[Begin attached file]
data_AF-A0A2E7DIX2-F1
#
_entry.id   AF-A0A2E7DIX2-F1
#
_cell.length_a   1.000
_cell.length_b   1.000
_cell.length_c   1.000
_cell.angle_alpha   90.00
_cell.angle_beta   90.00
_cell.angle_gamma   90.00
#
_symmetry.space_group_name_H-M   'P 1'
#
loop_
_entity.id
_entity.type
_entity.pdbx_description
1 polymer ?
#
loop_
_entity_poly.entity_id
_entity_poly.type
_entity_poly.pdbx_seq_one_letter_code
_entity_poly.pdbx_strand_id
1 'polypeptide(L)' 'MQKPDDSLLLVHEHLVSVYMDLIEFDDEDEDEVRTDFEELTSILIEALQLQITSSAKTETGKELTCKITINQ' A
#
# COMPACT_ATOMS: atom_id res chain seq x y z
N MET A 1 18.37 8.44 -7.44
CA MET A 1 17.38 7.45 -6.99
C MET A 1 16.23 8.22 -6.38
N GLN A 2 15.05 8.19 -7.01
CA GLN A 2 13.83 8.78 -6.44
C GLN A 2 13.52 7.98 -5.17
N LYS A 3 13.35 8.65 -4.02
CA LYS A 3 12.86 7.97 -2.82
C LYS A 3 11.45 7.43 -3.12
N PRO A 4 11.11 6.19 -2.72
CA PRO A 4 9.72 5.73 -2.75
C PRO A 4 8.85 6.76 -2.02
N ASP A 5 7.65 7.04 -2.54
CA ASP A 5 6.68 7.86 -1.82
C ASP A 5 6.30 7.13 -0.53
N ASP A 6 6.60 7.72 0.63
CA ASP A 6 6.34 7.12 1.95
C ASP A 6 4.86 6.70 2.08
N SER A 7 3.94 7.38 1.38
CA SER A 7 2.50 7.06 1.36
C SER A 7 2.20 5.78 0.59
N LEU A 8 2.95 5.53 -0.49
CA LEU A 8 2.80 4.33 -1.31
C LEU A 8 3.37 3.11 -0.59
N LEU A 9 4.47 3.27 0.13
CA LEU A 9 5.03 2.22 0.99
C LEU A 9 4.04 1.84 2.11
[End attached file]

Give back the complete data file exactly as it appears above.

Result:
data_AF-A0A2E7DIX2-F1
#
_entry.id   AF-A0A2E7DIX2-F1
#
_cell.length_a   1.000
_cell.length_b   1.000
_cell.length_c   1.000
_cell.angle_alpha   90.00
_cell.angle_beta   90.00
_cell.angle_gamma   90.00
#
_symmetry.space_group_name_H-M   'P 1'
#
loop_
_entity.id
_entity.type
_entity.pdbx_description
1 polymer ?
#
loop_
_entity_poly.entity_id
_entity_poly.type
_entity_poly.pdbx_seq_one_letter_code
_entity_poly.pdbx_strand_id
1 'polypeptide(L)' 'MQKPDDSLLLVHEHLVSVYMDLIEFDDEDEDEVRTDFEELTSILIEALQLQITSSAKTETGKELTCKITINQ' A
#
# COMPACT_ATOMS: atom_id res chain seq x y z
N MET A 1 18.37 8.44 -7.44
CA MET A 1 17.38 7.45 -6.99
C MET A 1 16.23 8.22 -6.38
N GLN A 2 15.05 8.19 -7.01
CA GLN A 2 13.83 8.78 -6.44
C GLN A 2 13.52 7.98 -5.17
N LYS A 3 13.35 8.65 -4.02
CA LYS A 3 12.86 7.97 -2.82
C LYS A 3 11.45 7.43 -3.12
N PRO A 4 11.11 6.19 -2.72
CA PRO A 4 9.72 5.73 -2.75
C PRO A 4 8.85 6.76 -2.02
N ASP A 5 7.65 7.04 -2.54
CA ASP A 5 6.68 7.86 -1.82
C ASP A 5 6.30 7.13 -0.53
N ASP A 6 6.60 7.72 0.63
CA ASP A 6 6.34 7.12 1.95
C ASP A 6 4.86 6.70 2.08
N SER A 7 3.94 7.38 1.38
CA SER A 7 2.50 7.06 1.36
C SER A 7 2.20 5.78 0.59
N LEU A 8 2.95 5.53 -0.49
CA LEU A 8 2.80 4.33 -1.31
C LEU A 8 3.37 3.11 -0.59
N LEU A 9 4.47 3.27 0.13
CA LEU A 9 5.03 2.22 0.99
C LEU A 9 4.04 1.84 2.11